I am the second generation of my family to go to University, following in the steps of my Mum who went over 30 years ago. My Mum was the first person in her family to go to University, getting on a train to Coventry from Newcastle station towards something completely new. She studied a degree very similar to one I do now, history, politics, and international relations, and did a dissertation so clever I still am impressed by it.
I grew up reading that dissertation, learning about its topic. It’s still on my bookshelf today and even now I don’t think my dissertation will be anywhere near as good as what my Mum wrote when she was a 21-year-old Undergraduate.
During my time at Durham, she has spent a lot of time hearing about what my life at Durham entails. She has mocked some of the weirder Durham traditions, from the gowned formals to matriculation and the concept of colleges. We have even discussed how much the academic field we both studied has moved on – the concept of constructivism in International Relations simply didn’t exist when she was at university.
However she has also heard me complain of the growing costs of Durham every year, living through my stress as I desperately tried to find a house for second and third year (biting back the suggestion of me moving home), the overwhelming cost of my JCR Levy, which she and my Dad had to initially pay as my student loan had not come through by that point, and much more.
She has also seen the direct comparisons of the costs of Durham vs other universities. My sister is studying in Liverpool, somewhere the average house price is much lower than at Durham. When she went to university, she only faced the normal costs of freshers’ week, not the extra costs I faced. She also, shock horror, was able to find a house over Easter, a time when almost all Durham students have signed.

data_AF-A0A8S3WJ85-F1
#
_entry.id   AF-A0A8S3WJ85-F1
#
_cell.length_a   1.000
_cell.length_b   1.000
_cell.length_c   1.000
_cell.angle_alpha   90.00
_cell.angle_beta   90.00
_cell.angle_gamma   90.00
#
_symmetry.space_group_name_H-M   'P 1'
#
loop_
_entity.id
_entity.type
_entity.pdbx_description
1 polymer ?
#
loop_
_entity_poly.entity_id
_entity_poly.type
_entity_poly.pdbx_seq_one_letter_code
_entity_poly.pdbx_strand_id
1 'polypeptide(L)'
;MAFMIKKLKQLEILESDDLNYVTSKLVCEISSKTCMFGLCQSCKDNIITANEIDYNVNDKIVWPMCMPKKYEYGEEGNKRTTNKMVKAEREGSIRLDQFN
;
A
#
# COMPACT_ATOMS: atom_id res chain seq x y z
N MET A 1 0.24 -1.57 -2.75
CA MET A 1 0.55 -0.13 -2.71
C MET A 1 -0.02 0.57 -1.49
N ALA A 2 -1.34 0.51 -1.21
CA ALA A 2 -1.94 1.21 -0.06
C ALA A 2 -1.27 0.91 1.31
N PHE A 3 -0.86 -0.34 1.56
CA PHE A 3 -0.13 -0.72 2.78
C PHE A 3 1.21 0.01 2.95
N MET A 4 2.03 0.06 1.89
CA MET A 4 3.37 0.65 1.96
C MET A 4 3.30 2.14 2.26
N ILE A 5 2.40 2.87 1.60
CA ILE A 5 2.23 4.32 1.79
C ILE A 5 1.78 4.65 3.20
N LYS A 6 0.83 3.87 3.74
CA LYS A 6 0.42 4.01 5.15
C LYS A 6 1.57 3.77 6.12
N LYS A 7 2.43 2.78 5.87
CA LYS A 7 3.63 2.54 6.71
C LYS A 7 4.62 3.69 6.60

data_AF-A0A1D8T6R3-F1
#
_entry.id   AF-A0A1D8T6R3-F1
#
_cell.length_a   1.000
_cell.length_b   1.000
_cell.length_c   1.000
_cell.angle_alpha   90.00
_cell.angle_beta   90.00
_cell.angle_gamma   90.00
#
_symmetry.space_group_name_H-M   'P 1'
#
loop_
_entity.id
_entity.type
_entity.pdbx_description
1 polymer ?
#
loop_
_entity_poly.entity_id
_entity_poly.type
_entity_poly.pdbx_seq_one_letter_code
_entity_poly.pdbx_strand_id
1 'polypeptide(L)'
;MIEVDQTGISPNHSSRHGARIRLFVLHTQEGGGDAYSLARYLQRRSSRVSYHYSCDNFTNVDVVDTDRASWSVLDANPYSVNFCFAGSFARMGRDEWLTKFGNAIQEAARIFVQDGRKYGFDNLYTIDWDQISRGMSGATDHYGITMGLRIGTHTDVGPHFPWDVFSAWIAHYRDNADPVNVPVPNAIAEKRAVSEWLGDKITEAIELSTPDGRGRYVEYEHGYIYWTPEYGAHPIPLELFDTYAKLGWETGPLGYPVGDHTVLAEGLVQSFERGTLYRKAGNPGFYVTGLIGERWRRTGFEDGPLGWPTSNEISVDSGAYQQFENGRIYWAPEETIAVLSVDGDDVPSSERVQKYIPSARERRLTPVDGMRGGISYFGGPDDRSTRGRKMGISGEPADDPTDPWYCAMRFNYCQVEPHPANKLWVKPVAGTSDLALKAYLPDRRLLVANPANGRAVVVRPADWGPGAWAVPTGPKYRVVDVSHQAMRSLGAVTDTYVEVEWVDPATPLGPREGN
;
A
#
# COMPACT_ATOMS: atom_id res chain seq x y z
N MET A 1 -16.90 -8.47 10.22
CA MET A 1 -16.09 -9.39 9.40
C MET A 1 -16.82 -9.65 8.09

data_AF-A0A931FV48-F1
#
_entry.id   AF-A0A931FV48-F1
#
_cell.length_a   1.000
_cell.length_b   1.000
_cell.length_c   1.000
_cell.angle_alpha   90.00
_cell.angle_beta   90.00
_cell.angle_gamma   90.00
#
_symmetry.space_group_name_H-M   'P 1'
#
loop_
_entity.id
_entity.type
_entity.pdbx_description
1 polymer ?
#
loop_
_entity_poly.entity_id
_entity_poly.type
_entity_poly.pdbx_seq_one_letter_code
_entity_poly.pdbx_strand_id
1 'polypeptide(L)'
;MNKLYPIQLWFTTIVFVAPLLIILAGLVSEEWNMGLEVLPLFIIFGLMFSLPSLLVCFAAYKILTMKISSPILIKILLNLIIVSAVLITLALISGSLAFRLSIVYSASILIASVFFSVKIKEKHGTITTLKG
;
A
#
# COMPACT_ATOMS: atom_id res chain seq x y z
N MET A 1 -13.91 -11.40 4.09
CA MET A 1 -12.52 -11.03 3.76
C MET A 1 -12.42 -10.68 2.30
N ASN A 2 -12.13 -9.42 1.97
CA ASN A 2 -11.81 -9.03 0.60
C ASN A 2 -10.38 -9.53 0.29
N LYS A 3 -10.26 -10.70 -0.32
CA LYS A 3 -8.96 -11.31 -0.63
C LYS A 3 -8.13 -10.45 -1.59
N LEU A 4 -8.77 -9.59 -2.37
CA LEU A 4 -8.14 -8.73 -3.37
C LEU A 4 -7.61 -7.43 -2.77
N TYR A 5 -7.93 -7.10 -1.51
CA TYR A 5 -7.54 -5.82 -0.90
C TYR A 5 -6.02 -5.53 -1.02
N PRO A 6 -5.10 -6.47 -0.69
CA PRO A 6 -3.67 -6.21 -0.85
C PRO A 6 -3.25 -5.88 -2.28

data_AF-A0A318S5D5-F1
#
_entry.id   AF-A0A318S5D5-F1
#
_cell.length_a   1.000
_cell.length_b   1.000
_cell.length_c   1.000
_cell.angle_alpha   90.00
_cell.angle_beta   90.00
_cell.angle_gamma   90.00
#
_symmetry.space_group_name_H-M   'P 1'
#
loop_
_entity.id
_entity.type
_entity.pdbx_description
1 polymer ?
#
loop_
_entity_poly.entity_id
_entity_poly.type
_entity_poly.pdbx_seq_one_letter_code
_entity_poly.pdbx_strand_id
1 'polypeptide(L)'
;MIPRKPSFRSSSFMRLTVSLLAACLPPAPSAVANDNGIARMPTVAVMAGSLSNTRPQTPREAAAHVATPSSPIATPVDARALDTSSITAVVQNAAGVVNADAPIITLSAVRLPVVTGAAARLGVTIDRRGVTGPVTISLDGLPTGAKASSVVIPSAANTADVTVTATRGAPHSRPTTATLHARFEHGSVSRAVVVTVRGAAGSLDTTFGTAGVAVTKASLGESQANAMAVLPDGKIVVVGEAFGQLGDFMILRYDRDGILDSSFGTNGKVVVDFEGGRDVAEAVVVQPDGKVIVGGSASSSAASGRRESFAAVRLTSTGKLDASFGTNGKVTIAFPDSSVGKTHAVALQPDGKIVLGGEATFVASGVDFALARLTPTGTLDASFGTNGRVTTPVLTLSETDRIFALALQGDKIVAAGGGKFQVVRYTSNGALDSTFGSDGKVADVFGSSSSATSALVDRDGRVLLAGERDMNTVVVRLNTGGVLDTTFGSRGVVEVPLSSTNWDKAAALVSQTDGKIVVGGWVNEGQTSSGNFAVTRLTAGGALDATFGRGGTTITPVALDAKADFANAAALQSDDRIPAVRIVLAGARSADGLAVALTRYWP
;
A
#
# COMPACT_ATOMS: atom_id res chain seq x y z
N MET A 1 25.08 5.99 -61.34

My Mum went to university during a time where tuition fees did not exist and for her the financial side, though present was not as great as someone studying at Coventry today. For her the decision to go to Coventry did not saddle her with debt she would still be paying today. For her, though she had to work, it was doable.
If my Mum was facing the costs that have faced me going to university, especially at Durham, she would not have been able to afford to go to the University only 11 miles from where she lived. While the cost of the course would have been the same wherever she went the “Durham Difference” and the cost of living in the city would have made it inaccessible.
To have gone to Durham, my Mum would have had to live at home and commute in. The likelihood is, faced with the costs that even commuting means, she would not have gone.
It is a surprise to no one that Durham is becoming unaffordable. Palatinate has spent the last two years reporting on it, from the cost of sport to the cost of University-owned accommodation to the cost of formals. In this edition alone we report on the cost of private accommodation, the cost of freshers week and the lack of quality despite the growing cost of food in college accommodation.
Durham offers some support in terms of the Durham Grant and other cost-of-living support. When asked what other support they give they often mention the foodbank in the SU and talk to us about the Housing Code of Conduct. While they help the issue in the moment, they are yet to deal with the structural issues which are slowly making Durham University a two tiered experience.
I have seen the price of accommodation grow throughout my three years at the University. If I was a fresher starting this year, I likely would be living at home next year, cutting me off from many things that make the “Durham difference”. The freshers’ week I got for free now costs money, albeit less than many other Colleges charge.
Durham University is simply becoming more and more expensive each year, with the cost likely to rise next year. Like last year people are queueing hours to secure a house within their price range, with many more looking outside Durham for a solution. And for some prospective students, unlike my Mum 30 years ago, the ask of this expense will be too much and the “Durham difference” will simply be too much.
Illustration: Connie Harston